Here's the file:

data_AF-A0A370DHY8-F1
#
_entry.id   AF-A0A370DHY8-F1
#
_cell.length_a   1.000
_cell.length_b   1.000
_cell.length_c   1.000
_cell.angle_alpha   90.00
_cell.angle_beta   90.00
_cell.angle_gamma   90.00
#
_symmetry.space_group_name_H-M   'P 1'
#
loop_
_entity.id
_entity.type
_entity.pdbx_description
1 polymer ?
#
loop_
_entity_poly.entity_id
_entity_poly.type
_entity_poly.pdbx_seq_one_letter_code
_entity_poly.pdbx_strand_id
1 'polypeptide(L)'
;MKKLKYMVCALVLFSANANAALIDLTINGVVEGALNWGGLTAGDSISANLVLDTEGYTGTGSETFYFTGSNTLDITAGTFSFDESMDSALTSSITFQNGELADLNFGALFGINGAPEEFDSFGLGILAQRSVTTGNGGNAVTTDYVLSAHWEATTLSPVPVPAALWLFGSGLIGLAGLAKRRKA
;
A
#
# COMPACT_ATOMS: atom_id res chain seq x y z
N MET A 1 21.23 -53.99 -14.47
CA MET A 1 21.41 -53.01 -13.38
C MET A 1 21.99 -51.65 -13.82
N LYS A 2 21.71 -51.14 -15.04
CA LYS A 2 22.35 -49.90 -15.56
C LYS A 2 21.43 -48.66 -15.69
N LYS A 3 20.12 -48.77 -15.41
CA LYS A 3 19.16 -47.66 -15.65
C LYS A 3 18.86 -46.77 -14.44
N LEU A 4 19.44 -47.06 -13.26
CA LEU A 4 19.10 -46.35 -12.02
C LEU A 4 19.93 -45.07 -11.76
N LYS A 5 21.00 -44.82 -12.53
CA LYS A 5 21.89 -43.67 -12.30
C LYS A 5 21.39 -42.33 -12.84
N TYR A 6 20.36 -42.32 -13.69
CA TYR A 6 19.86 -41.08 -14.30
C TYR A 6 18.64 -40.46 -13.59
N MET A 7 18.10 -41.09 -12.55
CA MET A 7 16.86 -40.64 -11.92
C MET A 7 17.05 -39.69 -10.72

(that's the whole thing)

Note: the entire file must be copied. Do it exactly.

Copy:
data_AF-A0A370DHY8-F1
#
_entry.id   AF-A0A370DHY8-F1
#
_cell.length_a   1.000
_cell.length_b   1.000
_cell.length_c   1.000
_cell.angle_alpha   90.00
_cell.angle_beta   90.00
_cell.angle_gamma   90.00
#
_symmetry.space_group_name_H-M   'P 1'
#
loop_
_entity.id
_entity.type
_entity.pdbx_description
1 polymer ?
#
loop_
_entity_poly.entity_id
_entity_poly.type
_entity_poly.pdbx_seq_one_letter_code
_entity_poly.pdbx_strand_id
1 'polypeptide(L)'
;MKKLKYMVCALVLFSANANAALIDLTINGVVEGALNWGGLTAGDSISANLVLDTEGYTGTGSETFYFTGSNTLDITAGTFSFDESMDSALTSSITFQNGELADLNFGALFGINGAPEEFDSFGLGILAQRSVTTGNGGNAVTTDYVLSAHWEATTLSPVPVPAALWLFGSGLIGLAGLAKRRKA
;
A
#
# COMPACT_ATOMS: atom_id res chain seq x y z
N MET A 1 21.23 -53.99 -14.47
CA MET A 1 21.41 -53.01 -13.38
C MET A 1 21.99 -51.65 -13.82
N LYS A 2 21.71 -51.14 -15.04
CA LYS A 2 22.35 -49.90 -15.56
C LYS A 2 21.43 -48.66 -15.69
N LYS A 3 20.12 -48.77 -15.41
CA LYS A 3 19.16 -47.66 -15.65
C LYS A 3 18.86 -46.77 -14.44
N LEU A 4 19.44 -47.06 -13.26
CA LEU A 4 19.10 -46.35 -12.02
C LEU A 4 19.93 -45.07 -11.76
N LYS A 5 21.00 -44.82 -12.53
CA LYS A 5 21.89 -43.67 -12.30
C LYS A 5 21.39 -42.33 -12.84
N TYR A 6 20.36 -42.32 -13.69
CA TYR A 6 19.86 -41.08 -14.30
C TYR A 6 18.64 -40.46 -13.59
N MET A 7 18.10 -41.09 -12.55
CA MET A 7 16.86 -40.64 -11.92
C MET A 7 17.05 -39.69 -10.72